Racism, anti-Semitism aren't just 'gaffes'

Re: the June 17 article "Some gaffes heard 'round the world, due to Internet."

The Arizona Daily Star never ceases to disappoint me, a 40-year subscriber to your publication.

I was particularly disturbed by the headline referring to the Twitter account of Tanner Flake, Sen. Jeff Flake's son, as merely one of a number of Internet "gaffes."

Racial, homophobic and anti-Semitic rants are not mere gaffes, casual or unintentional mistakes. I don't know if your headline writer uses a dictionary but even a casual Web search will inform him or her that the Twitter posting by Flake's son is vile, offensive and clearly racist - and intentional.

The senator's attempt at damage control is too late. A lame apology by the senator doesn't work; his son Tanner requires some purposeful education, and that is a responsibility in which, sadly, the family has profoundly failed.

Bob Ruggill

Retired, Tucson

Answer to student debt is lower tuition costs

Re: the June 9 guest column "Keeping down the cost of student loans will benefit Arizona, nation."

The column was written by, what a surprise, a university president and a Democrat politician. Cheap, easy-to-get home mortgages caused home prices to skyrocket and massive debt loads on borrowers that ruined many lives and collapsed our economy. Likewise, cheap, easy-to-get college loans have caused tuition to skyrocket and left students with crushing debt they might never pay off.

Right now college loans are the largest single source of debt in the United States. I ask why University of Arizona President Ann Weaver Hart isn't working with university presidents across the country to find ways to lower tuition and provide better access rather than campaigning for more cheap money to take from students.

In 10 years or so I can see Rep. Ron Barber's campaign slogan, "Vote for me and I will forgive your student loan."

Richard Bingle

Retired, Oro Valley

Obama's appointment of Rice insults us all

Re: the June 6 article "Obama names UN envoy Rice as his national security aide."

The president's appointment of Susan Rice as his new national security adviser was not only a poke in the eye of the GOP, it was also a jab at all Americans, in particular the families of the four Americans killed by terrorists in Benghazi.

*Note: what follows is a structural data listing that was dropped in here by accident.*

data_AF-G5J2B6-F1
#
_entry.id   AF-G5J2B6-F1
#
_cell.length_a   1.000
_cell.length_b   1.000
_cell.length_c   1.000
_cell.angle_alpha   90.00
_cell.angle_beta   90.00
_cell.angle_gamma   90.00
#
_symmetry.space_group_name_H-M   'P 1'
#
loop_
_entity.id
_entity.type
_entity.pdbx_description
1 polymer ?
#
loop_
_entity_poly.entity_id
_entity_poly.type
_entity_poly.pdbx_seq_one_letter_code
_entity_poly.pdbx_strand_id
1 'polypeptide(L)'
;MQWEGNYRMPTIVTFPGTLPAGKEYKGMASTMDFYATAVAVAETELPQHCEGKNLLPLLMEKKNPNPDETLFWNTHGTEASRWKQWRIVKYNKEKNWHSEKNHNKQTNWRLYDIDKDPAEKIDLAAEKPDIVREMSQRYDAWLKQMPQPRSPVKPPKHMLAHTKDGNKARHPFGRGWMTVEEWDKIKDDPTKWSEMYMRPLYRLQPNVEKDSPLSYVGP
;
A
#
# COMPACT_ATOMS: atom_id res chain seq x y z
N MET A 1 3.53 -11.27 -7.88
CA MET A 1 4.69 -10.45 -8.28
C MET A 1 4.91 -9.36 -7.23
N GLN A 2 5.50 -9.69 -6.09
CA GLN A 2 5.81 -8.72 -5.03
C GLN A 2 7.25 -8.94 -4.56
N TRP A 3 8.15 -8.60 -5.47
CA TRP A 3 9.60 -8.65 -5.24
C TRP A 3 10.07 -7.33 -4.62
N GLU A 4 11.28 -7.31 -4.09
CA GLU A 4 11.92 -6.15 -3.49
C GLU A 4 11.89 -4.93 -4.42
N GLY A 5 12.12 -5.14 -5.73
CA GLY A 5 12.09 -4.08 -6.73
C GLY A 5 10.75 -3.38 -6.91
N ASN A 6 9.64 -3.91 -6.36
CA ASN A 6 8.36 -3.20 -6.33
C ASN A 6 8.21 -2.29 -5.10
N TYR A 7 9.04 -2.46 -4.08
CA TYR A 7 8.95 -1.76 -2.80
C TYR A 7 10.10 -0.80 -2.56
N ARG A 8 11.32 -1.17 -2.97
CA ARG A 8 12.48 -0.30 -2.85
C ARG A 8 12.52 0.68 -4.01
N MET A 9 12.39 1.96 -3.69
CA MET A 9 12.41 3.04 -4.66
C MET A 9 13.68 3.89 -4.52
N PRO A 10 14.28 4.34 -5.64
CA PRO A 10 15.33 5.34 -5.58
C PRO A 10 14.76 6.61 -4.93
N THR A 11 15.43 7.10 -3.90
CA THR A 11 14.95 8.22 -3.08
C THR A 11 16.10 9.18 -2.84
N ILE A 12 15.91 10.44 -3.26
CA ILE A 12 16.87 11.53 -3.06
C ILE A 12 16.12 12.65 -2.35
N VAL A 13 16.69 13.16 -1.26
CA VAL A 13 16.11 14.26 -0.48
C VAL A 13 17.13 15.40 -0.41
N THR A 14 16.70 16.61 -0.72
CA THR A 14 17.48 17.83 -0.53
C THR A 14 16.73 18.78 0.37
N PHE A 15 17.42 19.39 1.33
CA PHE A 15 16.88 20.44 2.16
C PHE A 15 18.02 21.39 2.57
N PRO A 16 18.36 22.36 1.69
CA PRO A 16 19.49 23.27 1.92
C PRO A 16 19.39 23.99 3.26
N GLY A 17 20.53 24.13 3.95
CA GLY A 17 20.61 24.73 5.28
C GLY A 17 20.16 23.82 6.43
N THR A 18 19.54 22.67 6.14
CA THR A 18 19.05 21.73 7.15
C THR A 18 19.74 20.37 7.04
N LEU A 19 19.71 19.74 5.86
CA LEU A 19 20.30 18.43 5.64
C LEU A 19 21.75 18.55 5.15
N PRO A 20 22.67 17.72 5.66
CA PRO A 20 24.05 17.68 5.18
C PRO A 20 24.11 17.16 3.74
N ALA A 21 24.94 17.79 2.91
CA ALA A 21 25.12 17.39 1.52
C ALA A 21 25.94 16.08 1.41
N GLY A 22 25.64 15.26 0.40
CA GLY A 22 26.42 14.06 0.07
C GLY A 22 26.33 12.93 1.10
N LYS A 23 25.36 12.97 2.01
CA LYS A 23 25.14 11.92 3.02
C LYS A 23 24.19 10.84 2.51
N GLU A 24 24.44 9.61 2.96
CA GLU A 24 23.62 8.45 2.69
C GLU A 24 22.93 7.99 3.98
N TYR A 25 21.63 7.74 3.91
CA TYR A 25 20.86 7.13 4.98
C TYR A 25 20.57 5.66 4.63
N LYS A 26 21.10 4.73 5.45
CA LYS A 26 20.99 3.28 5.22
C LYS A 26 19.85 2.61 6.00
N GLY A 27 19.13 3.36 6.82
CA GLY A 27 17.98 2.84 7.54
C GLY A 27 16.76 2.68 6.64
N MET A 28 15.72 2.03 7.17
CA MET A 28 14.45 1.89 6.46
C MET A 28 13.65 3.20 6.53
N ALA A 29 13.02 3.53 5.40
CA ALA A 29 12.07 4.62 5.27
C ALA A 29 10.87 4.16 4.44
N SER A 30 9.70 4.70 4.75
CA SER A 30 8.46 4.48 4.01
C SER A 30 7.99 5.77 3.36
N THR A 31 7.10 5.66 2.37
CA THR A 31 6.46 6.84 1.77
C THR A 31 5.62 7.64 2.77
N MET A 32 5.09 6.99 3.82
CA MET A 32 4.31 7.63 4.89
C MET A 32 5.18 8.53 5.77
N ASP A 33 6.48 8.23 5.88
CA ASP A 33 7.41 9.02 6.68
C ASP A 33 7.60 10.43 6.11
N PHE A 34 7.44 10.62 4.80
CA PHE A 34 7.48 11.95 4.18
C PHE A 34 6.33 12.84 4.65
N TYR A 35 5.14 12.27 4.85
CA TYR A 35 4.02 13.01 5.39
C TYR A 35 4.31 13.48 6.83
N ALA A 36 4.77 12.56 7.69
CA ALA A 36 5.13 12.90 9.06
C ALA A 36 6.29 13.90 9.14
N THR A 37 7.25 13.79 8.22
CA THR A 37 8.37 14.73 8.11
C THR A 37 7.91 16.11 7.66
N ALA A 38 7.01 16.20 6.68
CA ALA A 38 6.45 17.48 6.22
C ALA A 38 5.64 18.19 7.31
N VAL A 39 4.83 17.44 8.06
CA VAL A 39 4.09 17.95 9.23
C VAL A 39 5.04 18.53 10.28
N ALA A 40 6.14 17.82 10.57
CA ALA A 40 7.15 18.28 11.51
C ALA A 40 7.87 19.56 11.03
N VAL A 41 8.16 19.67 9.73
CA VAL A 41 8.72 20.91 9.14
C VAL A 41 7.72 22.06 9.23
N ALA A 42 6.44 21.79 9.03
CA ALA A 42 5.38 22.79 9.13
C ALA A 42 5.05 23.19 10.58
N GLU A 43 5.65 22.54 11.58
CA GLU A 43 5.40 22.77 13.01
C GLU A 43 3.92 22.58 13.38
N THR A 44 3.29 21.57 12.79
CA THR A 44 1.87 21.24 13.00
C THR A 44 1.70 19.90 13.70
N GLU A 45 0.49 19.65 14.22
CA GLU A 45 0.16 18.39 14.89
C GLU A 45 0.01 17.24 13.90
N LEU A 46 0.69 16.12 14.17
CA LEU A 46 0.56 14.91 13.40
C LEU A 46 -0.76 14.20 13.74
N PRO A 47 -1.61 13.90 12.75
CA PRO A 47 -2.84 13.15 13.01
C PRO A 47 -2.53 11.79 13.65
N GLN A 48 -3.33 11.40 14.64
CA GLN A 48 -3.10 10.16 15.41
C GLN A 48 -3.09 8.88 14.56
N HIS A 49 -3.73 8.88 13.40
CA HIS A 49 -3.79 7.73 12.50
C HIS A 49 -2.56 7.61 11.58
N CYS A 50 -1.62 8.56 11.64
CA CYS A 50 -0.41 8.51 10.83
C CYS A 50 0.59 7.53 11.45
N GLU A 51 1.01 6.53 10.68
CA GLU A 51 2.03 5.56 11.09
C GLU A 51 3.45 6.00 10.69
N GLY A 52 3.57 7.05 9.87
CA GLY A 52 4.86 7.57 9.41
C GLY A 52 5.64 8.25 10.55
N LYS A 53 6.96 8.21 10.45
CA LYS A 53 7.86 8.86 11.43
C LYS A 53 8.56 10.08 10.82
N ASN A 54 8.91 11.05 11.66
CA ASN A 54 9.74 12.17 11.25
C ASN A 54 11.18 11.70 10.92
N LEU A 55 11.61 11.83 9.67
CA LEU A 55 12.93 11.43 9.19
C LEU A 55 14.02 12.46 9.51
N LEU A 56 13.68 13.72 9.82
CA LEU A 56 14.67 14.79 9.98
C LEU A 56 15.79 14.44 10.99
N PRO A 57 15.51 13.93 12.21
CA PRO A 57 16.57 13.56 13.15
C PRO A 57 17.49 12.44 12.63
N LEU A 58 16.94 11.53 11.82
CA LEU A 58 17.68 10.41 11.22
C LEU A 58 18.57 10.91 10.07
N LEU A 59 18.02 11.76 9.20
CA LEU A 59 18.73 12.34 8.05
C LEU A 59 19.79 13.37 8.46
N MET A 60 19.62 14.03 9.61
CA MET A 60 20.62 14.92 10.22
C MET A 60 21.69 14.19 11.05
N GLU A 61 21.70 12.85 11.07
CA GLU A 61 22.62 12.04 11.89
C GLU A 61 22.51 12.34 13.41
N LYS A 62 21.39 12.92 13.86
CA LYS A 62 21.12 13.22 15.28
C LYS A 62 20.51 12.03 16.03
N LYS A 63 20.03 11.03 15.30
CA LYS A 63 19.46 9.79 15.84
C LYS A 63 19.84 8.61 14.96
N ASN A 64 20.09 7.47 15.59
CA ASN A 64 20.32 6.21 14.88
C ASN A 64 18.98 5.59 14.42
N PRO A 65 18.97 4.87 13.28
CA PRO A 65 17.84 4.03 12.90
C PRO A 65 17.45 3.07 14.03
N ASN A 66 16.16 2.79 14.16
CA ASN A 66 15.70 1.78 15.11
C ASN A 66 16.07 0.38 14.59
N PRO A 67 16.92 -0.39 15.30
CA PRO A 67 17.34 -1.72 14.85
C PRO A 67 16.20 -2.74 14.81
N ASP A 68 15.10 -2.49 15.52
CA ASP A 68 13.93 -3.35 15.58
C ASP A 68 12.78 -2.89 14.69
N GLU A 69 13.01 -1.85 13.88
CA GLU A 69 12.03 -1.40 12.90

By appointing Rice to this critical position, Obama has effectively assured her silence if she were ever to be called in front of a congressional oversight committee in their endeavor to uncover the truth about the Benghazi massacres.

Lindsey Smith

Retired, Tucson

Supervisors must stop tax-fueled pipe dreams

Re: the June 6 article "Pima sees Formula 1 racetrack in future."

Economic conditions are still dire in Pima County. Many in the private sector are still out of jobs, have no pension or health-care benefits. This doesn't, however, stop the supervisors and administrator longing for the days when excess was available and much waste evolved.

They propose higher tax rates instead of controlling costs and staying within increased revenue from growth.

Homeowners cannot afford a "little" higher tax on top of already the highest property taxes in the state, despite what the out-of-touch politicians "feel." We don't need a Formula 1 racetrack to follow the costly Tucson Electric Park debacle and other property-tax-funded pipe dreams that private investments shun.

We need our streets fixed, basic services provided at scrutinized cost and the bloated county bureaucracy rationalized to a condition that brings property taxes closer to the rest of the state.

Dan McWilliams

Retired, Tucson

Thanks for warning about perfumed ads

I cannot thank you enough for your notification about perfumed ads and the kindness you showed me and my fellow sufferers of toxic smells in your Sunday paper. What might smell sexy to one person could send another to the hospital.

You saved me from the tormented pains of a migraine! One whiff, or even a touch of perfume, can make me sick for days. Consider one improvement please: Put a yellow sticky note on the front page.

Dr. Lisa S. Newman


Wrap-around ads help support newspaper

Re: the June 16 letter to the editor "Star should stop using wraparound ads."

While I find wraparound ads can be annoying (I just remove them from each section), if this keeps the Arizona Daily Star printed newspaper in business, I am all for it.

If you watch TV, you see annoying pop-ups for future programs all the time. If you go on the Internet, there are ads proliferating on each website. So I guess I can accept these ads.

Judy Hubbard

Retired, Tucson